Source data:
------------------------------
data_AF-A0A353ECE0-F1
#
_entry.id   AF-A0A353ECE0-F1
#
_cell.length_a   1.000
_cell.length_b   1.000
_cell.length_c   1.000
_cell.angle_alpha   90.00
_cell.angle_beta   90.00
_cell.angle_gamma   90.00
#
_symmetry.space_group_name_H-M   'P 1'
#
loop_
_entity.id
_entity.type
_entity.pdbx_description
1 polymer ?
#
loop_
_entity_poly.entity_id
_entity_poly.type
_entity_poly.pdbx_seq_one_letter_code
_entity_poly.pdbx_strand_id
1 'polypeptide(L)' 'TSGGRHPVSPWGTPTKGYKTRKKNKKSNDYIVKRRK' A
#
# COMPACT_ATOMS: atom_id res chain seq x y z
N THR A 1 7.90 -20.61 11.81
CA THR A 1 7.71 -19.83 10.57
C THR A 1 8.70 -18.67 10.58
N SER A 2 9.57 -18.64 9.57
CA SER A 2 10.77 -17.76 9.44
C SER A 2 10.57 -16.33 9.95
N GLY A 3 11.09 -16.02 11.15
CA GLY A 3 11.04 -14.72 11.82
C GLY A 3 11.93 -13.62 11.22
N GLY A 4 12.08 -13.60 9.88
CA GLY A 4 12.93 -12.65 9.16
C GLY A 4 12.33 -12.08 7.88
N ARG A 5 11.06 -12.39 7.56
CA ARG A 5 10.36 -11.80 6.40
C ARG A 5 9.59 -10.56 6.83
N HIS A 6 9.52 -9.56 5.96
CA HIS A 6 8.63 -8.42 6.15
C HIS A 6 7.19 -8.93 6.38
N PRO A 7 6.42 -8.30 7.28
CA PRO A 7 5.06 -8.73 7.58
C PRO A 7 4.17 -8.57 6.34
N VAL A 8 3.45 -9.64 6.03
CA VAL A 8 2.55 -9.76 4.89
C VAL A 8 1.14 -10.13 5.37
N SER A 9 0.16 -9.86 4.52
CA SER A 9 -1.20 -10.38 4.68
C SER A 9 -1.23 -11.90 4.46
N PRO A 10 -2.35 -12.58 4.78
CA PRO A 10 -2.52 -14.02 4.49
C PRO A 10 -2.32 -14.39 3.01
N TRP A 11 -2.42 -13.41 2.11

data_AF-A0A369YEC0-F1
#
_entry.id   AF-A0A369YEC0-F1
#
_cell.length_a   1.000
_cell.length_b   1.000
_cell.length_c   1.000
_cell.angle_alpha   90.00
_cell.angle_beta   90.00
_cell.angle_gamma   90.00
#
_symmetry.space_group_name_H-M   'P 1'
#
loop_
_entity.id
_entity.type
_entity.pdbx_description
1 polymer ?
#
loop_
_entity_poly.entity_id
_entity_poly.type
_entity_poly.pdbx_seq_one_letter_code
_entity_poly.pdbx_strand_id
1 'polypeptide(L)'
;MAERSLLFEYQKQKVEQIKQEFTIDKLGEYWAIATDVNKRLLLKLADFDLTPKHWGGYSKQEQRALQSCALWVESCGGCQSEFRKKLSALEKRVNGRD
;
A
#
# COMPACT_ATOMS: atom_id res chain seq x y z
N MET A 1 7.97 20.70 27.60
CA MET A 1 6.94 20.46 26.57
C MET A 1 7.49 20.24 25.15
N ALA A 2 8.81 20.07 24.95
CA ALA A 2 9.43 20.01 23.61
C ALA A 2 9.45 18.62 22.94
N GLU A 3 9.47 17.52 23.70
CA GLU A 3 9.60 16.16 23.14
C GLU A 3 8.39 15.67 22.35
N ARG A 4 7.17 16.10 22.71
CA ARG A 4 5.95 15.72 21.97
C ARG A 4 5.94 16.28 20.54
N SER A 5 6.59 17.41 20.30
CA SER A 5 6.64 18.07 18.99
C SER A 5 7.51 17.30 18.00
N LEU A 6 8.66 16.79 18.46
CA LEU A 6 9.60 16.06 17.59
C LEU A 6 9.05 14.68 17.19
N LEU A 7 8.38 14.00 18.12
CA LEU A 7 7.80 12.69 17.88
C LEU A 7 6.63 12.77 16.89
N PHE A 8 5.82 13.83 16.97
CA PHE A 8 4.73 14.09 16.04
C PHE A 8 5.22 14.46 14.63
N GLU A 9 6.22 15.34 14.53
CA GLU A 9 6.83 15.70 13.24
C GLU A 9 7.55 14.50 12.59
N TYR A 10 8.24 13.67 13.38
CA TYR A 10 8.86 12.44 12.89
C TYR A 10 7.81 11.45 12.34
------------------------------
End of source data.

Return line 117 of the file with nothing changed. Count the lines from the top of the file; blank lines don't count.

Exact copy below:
CA TYR A 10 8.86 12.44 12.89